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Located alongside Glasgow’s former docks, the BBC Scotland headquarters sits on an exposed plot of land adjacent to the River Clyde. Faced with this open landscape, the building needed to assert its own sense of place and satisfy the brief that called for an enclosed yet publicly accessible building which would allow visibility of the BBC at work while maintaining tight security.

Encompassing a complex combination of production facilities, technical support and office space, the building appears as a simple glazed box, while internally it encourages creative interaction between its many occupants through a vast central atrium. The atrium is configured as a tiered sequence of steps, platforms and terraces, crafted from local red sandstone. Circulation and communication through the building and between office floors is facilitated by this promenade, which not only offers informal meeting areas but also encourages movement between spaces, giving visual representation to the public aspect of the building. The atrium was not part of the original brief but conceived by the practice without the need for any additional floor area. This solution enhanced the importance of the public and social space, which has become an integral part of the daily workings of the institution.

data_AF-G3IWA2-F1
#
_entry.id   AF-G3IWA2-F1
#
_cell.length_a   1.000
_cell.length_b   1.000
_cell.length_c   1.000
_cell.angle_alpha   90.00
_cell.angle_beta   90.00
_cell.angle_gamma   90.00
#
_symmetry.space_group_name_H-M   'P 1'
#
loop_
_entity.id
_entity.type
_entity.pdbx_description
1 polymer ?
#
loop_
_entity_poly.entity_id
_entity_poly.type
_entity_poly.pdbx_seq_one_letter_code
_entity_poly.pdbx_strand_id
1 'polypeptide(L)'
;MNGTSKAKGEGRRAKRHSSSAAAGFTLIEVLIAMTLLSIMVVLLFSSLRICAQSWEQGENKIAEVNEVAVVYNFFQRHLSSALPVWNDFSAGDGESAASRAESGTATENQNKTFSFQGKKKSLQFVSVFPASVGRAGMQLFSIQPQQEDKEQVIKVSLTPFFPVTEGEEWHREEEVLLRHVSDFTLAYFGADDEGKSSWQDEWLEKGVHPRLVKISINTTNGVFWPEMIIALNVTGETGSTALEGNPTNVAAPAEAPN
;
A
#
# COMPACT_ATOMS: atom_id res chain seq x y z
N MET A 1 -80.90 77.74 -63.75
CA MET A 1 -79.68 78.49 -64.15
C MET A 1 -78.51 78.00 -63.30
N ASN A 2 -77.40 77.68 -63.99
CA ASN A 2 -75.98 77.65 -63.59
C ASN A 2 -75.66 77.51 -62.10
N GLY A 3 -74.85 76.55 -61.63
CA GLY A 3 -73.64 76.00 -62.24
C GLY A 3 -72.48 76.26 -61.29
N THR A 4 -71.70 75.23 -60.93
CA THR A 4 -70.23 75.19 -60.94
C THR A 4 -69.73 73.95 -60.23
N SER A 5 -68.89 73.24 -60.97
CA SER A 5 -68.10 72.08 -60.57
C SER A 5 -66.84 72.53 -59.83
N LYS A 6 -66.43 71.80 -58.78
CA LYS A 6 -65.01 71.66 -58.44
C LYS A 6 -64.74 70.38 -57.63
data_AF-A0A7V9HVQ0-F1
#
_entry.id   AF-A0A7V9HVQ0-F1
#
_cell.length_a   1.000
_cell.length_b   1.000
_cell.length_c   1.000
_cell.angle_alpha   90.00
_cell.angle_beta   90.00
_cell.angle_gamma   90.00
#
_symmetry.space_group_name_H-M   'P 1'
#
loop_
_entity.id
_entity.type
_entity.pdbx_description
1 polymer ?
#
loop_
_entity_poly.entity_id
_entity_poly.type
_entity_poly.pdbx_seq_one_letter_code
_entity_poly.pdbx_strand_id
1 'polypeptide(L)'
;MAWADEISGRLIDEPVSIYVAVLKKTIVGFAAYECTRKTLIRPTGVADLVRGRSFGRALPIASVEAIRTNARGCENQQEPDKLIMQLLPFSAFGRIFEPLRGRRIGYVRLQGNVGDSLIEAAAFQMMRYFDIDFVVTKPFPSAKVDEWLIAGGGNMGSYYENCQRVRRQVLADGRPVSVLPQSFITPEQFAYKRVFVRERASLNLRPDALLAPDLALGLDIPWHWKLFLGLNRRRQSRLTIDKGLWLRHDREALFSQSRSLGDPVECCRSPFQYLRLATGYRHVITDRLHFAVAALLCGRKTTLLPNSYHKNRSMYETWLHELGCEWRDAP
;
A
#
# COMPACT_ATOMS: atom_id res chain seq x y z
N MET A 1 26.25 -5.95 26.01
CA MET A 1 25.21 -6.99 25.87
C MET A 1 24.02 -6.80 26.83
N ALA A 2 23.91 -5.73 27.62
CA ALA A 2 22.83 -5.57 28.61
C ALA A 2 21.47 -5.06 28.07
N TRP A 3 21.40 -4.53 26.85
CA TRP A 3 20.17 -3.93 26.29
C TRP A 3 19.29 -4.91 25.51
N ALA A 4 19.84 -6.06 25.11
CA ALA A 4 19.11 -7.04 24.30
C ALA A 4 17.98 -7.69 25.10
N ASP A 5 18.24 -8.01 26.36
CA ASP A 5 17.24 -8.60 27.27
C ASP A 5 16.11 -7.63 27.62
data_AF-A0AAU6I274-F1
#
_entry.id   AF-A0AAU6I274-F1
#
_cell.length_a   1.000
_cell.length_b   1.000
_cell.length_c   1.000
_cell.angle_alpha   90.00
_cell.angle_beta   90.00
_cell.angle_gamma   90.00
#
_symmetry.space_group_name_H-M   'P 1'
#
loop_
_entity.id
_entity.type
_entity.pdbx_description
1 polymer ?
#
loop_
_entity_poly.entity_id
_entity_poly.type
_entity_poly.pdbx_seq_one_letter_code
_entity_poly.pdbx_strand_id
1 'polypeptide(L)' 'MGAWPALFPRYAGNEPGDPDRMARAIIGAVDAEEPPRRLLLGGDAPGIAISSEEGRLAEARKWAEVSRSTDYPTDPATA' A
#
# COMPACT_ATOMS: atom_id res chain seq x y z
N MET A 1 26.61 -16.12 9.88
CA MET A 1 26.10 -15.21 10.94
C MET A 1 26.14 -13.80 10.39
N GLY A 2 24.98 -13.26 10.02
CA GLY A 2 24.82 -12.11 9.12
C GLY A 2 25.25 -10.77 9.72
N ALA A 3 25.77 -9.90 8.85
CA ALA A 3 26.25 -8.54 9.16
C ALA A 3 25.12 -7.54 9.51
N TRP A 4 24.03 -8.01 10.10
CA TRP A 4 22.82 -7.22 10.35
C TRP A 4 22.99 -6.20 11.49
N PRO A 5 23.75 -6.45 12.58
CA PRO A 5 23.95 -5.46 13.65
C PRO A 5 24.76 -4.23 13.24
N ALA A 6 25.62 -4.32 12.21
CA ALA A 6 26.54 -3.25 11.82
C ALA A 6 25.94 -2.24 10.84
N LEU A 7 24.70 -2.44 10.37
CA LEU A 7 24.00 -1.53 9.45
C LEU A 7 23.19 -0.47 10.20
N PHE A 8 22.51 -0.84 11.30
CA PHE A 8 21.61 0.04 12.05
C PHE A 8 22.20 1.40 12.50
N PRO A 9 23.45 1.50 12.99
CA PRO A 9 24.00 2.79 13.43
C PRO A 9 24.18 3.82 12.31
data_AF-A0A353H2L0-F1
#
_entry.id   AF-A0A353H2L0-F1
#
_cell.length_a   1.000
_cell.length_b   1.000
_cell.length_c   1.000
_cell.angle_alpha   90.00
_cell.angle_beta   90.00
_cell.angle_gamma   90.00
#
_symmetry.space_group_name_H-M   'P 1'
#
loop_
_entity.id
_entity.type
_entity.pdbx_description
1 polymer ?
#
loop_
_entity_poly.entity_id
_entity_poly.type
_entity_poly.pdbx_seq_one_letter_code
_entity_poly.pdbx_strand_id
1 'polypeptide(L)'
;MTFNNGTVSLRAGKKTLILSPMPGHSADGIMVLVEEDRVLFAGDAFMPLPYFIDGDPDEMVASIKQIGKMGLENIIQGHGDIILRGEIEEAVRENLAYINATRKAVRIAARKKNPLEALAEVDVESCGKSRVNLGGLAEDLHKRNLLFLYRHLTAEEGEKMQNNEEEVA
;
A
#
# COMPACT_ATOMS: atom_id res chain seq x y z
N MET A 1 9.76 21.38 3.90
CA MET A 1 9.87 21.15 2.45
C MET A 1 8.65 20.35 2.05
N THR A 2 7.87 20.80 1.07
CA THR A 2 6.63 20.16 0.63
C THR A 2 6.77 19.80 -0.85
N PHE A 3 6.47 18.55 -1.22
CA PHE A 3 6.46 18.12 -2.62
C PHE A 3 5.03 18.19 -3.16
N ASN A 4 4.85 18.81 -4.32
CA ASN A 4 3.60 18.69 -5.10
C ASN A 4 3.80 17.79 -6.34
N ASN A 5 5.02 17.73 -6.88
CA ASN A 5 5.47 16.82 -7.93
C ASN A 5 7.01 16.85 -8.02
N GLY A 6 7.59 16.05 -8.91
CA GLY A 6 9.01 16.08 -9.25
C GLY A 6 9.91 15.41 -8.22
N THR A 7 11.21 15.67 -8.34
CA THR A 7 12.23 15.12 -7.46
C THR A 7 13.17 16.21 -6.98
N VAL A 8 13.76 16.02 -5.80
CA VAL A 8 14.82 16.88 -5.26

The most immediate challenge posed by the project brief lay in the compositional relationship between technical elements such as studios, which had to be hermetically enclosed, and office space, which had to be transparent to enjoy the surrounding views. Combining large television studios with relatively small office spaces created the opportunity to place the studios in a gradual succession of increasing height in the centre of the building and put the offices on either side. The roofs of the studios became the basis of a terraced landscape that forms the foundation of the atrium.

The simple, cuboidal external form of the building has an almost industrial quality, referencing the history of the site. This uniformity helps to integrate each of the building’s elements, avoiding a hierarchical set-up. Most of the façade is glazed while sheets of perforated metal conceal the technical areas. The double-skin, glass façade allows for natural ventilation while also maximising natural light and views over the river.